Lawyer: Aspen DA turnover harming citizens
Turnover in the Aspen District Attorney’s Office is leading to charging mistakes that are harming upper Roaring Fork Valley residents, a defense attorney said Wednesday.
“I have expressed my displeasure to [DA] Jeff Cheney about the pattern of cases I see developing where the office is shooting first and aiming later,” said Aspen lawyer Ryan Kalamaya. “Turmoil in [the] Aspen [DA office] is becoming a problem for the citizens of Pitkin County.”
Cheney, however, said the reduction in charges or dismissals are, on the contrary, evidence of his office continually evaluating changing evidence and acting ethically.
“I think he’s the last person with situational awareness of what goes on in a prosecutor’s office,” Cheney said. “[The charging changes] is evidence of responsibility.”
Earlier this week, the DA’s Office “significantly” reduced a computer crime fraud/theft charge filed in December against Gregg Mackey, owner of Red Eagle Roofing in Basalt, Kalamaya said. The original charge, which was on par with second-degree murder, alleged $1 million in thefts from Umbrella Roofing, while the amended charge alleges between $5,000 and $20,000 in thefts, he said.
On Wednesday, District Judge Chris Seldin reduced Mackey’s bond from $25,000 to $2,500.
“This is the second case in the last month where they have significantly reduced the charge or dismissed it,” Kalamaya said.
Last month, Cheney dismissed a cocaine distribution charge filed against an Aspen bartender after he said his office encountered “proof problems.” On Wednesday, he said the witness in the case changed his story about buying the drug from the on-duty bartender, so the office dismissed the charge.
“We’re not clairvoyant,” Cheney said. “We can’t predict the future.”
As for the case against Mackey, prosecutors have continued to evaluate evolving financial evidence and have tweaked the charges in response, he said. Evidence in financial cases often takes time to gather and analyze, so it’s not unusual to alter the charges based on expert analysis, Cheney said.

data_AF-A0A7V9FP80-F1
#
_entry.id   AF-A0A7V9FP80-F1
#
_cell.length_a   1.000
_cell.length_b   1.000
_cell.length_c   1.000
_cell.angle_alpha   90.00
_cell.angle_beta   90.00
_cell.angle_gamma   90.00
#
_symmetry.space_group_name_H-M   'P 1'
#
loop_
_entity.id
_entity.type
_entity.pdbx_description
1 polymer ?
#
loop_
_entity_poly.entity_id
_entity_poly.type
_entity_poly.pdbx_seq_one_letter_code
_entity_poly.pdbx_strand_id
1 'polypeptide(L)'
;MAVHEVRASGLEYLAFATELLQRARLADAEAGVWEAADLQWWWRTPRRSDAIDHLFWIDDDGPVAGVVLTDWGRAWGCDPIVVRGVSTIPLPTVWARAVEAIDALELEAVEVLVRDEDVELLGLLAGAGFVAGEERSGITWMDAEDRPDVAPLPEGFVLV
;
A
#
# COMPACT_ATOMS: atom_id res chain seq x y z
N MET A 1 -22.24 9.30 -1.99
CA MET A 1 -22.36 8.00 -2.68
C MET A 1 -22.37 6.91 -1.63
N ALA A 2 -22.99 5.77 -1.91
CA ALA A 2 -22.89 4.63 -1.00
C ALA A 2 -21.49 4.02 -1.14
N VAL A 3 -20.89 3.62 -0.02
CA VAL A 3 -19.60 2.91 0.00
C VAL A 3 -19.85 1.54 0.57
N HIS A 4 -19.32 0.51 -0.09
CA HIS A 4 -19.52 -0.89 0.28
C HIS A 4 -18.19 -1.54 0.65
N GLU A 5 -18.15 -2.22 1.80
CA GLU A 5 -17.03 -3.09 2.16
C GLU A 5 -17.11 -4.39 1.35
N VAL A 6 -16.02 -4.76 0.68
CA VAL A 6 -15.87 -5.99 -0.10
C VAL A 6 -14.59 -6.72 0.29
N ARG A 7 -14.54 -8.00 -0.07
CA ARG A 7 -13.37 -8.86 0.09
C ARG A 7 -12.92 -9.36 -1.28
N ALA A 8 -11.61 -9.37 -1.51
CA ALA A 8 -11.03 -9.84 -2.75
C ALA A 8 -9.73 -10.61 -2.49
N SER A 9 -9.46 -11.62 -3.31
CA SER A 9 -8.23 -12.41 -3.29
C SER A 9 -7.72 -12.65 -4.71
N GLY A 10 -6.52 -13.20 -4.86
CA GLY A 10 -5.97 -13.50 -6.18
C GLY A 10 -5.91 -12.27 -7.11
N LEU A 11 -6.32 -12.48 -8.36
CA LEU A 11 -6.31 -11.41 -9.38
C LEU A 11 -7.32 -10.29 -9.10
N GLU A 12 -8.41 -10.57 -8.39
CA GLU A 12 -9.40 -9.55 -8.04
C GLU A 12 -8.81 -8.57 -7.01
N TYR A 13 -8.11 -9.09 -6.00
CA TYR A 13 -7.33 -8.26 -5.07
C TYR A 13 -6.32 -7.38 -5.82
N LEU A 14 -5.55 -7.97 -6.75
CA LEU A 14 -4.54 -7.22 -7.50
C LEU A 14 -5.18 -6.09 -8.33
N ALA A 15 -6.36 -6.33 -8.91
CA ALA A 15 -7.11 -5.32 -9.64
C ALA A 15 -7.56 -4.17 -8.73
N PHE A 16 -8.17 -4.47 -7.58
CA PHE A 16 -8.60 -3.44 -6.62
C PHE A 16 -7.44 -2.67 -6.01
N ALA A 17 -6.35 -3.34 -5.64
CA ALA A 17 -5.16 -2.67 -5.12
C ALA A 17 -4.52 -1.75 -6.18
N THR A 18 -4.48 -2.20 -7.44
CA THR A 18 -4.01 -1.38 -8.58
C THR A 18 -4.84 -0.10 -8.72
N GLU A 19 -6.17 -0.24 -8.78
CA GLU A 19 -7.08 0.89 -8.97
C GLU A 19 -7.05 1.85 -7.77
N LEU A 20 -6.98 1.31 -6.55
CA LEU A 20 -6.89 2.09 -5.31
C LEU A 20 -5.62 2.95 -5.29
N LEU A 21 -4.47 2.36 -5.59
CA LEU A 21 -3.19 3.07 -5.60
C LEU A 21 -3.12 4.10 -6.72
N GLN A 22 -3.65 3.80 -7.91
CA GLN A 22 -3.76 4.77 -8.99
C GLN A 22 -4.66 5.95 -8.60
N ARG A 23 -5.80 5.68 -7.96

Currently, the DA’s Office does not have a permanent felony prosecutor or a permanent misdemeanor and traffic prosecutor based in Aspen. The former occupants of those positions left for other jobs around the end of January.
That turnover makes it difficult for defense attorneys to know who to talk to about a case and who to negotiate with, which leads to mistakes, Kalamaya said. He also cited a long-pending misdemeanor DUI charge against another one of his clients that was dismissed in December just before it was to go to trial because the prosecutor determined he couldn’t prove it beyond a reasonable doubt, he said.
Cheney said the cases cited by Kalamaya have nothing to do with the turnover. Senior prosecutors in the office have been covering for the employees who left, continuing to evaluate cases moving through the system and not allowing criticism to affect their decisions, he said.
Further, Cheney said he has hired a replacement prosecutor for District Court and may be ready to make a public announcement about the person as soon as today. The vacancy in Pitkin County Court will soon be addressed and may be filled by a current member of his staff, he said.
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